Jews were no more pleased than Christians by Stanton’s views about religion. Stanton once told a group of Jewish women, coming to dispute with her, that Jewish men would be much better advised to say, “I thank thee, O Lord, that I was not born a jackass,’ than the traditional, “I thank thee, O Lord, that I was not born a woman.”
The unified National American Women Suffrage Association passed a resolution disavowing The Woman’s Bible–repudiating, in effect, the founder of the entire suffrage movement. On this occasion, Anthony finally rose to the defense of her old friend and her own secular convictions. “Are you going to cater to the whims and prejudices of people who have no intelligent knowledge of what they condemn?,” she asked. “You would better eduacte ten women into the practice of liberal principles than to organize ten thousand on a platform of intolerance and bigotry.”
The censure resolution passed, of course, and from that day forward Stanton was written out of the official history of the women’s movement. In 1923, a ceremony commorating the 75th anniversary of the Seneca Falls convention made no mention of Stanton in the program or brochure. As recently as 1977, when runners carried a torch from Seneca Falls to Houston for a meeting in honor of International Women’s Year, Anthony’s grandniece sat on the dais but no descendant of Stanton’s had been invited (which took some doing, since Stanton had seven children and, as might be expected, numerous grandchildren and great-grandchildren).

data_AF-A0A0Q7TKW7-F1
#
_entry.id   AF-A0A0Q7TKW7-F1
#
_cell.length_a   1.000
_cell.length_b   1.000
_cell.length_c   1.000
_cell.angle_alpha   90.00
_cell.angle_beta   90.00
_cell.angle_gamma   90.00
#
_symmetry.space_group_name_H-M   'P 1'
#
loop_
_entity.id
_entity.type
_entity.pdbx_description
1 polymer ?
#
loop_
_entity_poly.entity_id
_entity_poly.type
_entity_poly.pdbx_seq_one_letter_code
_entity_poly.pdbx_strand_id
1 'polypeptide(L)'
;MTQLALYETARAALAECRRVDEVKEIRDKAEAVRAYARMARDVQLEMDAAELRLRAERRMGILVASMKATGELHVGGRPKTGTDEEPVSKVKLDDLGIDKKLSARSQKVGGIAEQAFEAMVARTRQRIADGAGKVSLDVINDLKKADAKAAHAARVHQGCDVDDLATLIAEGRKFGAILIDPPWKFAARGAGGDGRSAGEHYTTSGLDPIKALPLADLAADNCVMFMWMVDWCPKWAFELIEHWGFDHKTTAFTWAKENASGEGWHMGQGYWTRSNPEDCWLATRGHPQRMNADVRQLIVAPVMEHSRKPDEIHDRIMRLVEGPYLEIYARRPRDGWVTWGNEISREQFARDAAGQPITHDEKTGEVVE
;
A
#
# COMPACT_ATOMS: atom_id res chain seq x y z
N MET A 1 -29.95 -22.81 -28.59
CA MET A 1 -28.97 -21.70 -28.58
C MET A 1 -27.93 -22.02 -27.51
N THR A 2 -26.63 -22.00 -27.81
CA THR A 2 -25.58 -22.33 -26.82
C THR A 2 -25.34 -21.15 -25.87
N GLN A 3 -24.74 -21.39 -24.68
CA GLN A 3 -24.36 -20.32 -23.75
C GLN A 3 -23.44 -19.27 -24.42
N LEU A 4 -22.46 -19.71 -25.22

Even her own children contributed to the long obfuscation of their mother’s antireligious views, altering her autobiography and cutting her entire chapter on women and theology. Fortunately for the new feminist historians who came along in the 1980s, the children had not been able to burn every copy of the originally published autogiography or tear up and burn many of her personal letters.
No matter. In this case, history has caught up with Stanton. Time has borne out the truth of her assertion that no woman could be free as long as she let her minister, priest, rabbi or imam tell her what she could do and define her as an inferior human being. And Stanton’s refusal to silence herself, even though it was not the politically smart thing to do, stands as one of the landmarks in the history of reason. Like Thomas Paine, she was no summer soldier or sunshine patriot.
Note: I’m on vacation this week and will post again on August 31.